(below: bonus trivia points if you can name all four of these Maquis characters from Star Trek: Voyager. Go!)

Anyway, they eventually track down the “anomaly” to acts of former Enterprise Ensign Wesley Crusher. The two investigators “re interview” Jean-Luc Picard about the incident in the “Journey’s End”episode and are shocked by what he tells them.

“Had Picard used a phrase like “planes of existence” in an official log, the D.T.I. would have been on him like blue on an Andorian.”

Ha! Like Blue on an Andorian! love all the inside jokes in this story that I know only fans of the show will appreciate! I also love some other things that are consistent with the various traditions established by the various versions of the show, 220px-JourneyBabele.g. naming a starship in Star Trek universe is something I suspect writers take very seriously. In this one, we have the U.S.S. Lakota, which goes well with a “U.S.S. Crazy Horse” mentioned in another ST:TNG episode. Another ship in this story is captained by a “Captain Benteen” (I kinda see a pattern here, do you?).

Anyway, the story leads the agents to encounter Wesley Crusher and “The Traveler,” who has a couple appearances in ST:TNG, and confusing time anomalies and paradoxes and philosophical temporal mechanics ensue, etc. As I said, a fun story to read. I would read more Star Trek fiction by this author.

The Deal Me In coincidence this week? Well, there’s a local public “book club” (Books, Booze & Brains) that is meeting at the end of the month to cover the book, “Ready Player One” which I bought the audible.com version of to listen to during my commutes this month. At the start of the audio book, I heard the words, “read by Wil Wheaton…” (the actor who portrayed Wesley Crusher in Star Trek, not to mention portraying himself in a recurring role on the popular series, The Big Bang). I groaned internally as I am not particularly a fan of his work, BUT I must say that, at about 2.5 hours in, he’s doing an excellent job.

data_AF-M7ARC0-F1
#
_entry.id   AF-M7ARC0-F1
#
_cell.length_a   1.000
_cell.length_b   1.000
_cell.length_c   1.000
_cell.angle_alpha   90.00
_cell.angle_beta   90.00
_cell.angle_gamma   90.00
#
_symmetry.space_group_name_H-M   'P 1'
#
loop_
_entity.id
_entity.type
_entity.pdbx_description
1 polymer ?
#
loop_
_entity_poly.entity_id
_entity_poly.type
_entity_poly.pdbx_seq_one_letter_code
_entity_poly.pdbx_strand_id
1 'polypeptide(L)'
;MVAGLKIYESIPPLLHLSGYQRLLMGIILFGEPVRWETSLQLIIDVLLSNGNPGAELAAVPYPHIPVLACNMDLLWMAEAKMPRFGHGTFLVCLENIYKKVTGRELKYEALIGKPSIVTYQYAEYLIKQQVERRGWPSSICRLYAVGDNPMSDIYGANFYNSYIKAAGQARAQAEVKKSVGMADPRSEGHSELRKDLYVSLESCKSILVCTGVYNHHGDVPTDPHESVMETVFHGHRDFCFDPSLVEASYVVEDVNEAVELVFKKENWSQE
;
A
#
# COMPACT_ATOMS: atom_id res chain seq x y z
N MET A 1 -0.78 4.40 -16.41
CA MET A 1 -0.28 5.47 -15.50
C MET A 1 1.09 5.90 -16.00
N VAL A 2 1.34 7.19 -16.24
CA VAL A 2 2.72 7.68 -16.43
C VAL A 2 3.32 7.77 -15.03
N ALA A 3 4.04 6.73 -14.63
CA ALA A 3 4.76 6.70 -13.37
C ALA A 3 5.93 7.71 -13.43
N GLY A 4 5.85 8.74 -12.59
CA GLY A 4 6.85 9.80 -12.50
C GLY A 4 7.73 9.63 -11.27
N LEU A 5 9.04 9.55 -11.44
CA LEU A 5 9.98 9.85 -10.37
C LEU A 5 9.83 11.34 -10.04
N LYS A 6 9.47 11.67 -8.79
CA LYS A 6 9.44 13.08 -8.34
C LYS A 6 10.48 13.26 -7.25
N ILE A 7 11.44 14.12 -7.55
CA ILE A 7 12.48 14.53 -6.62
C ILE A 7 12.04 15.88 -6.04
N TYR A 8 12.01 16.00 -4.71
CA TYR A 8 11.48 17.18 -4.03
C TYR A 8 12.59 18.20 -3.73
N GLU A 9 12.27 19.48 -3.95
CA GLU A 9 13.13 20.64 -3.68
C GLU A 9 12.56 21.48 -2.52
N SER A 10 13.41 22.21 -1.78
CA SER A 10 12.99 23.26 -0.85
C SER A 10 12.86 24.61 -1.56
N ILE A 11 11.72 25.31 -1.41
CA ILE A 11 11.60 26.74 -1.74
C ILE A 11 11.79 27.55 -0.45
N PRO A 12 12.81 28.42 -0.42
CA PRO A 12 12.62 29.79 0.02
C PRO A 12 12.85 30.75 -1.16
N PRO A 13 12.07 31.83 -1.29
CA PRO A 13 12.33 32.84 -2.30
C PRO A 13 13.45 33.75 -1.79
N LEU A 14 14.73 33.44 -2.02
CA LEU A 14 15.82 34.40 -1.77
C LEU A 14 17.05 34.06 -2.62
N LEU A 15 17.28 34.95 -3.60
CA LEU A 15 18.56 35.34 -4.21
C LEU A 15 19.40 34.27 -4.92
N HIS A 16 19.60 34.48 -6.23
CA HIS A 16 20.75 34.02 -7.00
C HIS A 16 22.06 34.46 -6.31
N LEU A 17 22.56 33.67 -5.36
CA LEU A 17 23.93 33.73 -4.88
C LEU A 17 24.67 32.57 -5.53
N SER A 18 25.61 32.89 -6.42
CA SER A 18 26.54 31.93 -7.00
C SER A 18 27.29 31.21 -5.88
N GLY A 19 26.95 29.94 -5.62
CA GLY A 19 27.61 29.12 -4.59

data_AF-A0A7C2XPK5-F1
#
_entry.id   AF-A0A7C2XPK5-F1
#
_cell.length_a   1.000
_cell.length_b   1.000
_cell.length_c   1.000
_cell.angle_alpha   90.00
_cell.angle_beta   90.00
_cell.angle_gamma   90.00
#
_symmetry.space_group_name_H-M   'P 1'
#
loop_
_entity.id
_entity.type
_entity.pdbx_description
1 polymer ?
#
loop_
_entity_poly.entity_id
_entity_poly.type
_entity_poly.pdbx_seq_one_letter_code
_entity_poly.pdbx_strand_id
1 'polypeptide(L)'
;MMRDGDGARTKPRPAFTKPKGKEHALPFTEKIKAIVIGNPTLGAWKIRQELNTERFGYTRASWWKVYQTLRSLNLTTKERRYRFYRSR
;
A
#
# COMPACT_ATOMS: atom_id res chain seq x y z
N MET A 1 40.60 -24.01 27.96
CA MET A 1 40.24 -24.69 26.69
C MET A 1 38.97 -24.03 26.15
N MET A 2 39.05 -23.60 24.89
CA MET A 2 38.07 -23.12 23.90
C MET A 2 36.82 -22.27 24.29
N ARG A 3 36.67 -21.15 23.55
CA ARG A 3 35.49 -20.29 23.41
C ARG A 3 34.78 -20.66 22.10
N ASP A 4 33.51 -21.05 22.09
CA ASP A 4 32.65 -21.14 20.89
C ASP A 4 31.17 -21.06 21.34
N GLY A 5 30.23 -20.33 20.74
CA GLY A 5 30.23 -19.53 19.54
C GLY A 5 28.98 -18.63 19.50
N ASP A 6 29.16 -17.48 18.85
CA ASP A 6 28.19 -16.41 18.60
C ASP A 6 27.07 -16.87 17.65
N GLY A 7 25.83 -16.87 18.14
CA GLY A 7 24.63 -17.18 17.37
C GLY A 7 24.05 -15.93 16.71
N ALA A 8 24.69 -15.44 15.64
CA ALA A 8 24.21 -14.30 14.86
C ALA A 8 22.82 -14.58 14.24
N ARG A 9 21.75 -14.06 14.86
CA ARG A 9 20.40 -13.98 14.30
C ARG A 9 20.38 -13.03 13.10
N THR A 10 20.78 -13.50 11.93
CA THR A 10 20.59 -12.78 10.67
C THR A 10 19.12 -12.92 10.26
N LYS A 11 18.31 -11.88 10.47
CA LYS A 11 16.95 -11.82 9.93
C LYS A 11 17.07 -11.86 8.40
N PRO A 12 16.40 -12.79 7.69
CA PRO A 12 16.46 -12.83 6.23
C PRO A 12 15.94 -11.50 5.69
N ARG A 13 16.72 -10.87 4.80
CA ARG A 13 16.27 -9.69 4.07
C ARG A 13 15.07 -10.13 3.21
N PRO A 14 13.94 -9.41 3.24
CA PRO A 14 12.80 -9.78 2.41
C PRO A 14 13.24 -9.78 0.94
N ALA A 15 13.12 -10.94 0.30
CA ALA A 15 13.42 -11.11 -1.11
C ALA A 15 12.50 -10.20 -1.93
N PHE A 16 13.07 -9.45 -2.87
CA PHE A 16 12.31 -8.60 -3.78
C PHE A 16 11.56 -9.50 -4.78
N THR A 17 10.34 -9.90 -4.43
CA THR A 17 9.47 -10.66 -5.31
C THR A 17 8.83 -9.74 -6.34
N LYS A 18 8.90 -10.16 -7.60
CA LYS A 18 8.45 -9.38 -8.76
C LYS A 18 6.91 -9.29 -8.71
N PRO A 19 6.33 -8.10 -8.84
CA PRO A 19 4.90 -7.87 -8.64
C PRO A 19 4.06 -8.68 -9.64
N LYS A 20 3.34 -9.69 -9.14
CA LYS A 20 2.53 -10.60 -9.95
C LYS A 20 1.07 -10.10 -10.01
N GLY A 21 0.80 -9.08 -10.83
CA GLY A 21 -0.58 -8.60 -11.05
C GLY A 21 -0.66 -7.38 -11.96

(below: Wil Wheaton as Wesley Crusher in season one of ST:TNG – the first time he and “The Traveler” appeared together on the show.)

Is Wesley Crusher the most disliked ST character ever?  In another DMI coincidence, guess what came up in my Twitter feed on the same day I wrote this blog post…  https://screenrant.com/worst-characters-in-star-trek/?utm_source=SR-TW&utm_medium=Social-Distribution&utm_campaign=SR-TW&view=list

How did YOUR Deal Me In 2018 reading go this week?  What? Not participating?  Well it’s never too late to start. You only need to read a few short stories to be “all caught up.” 🙂

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Solitude by William Trevor – Selection 2 of #DealMeIn2018

The Card: ♥Ace♥ of Hearts

The Suit: For 2018, I have devoted the suit of ♥♥♥Hearts♥♥♥ to stories by Irish writer William Trevor, a widely acknowledged titan of the short story form. He passed away last year; how sad that there will be no more new stories from his pen.

The Selection: Solitude, from William Trevor: Selected Stories. I selected it solely because of the title, for I am among those who often enjoy solitude. 🙂

The Author: William Trevor. I became acquainted with Trevor through his collection, “After Rain,” which I acquired back in 2010. The title story of that volume after rainremains one of my all time favorites. I blogged about it here. There are a couple other stories of his that I’ve blogged about before, Gilbert’s Mother and Lost Ground.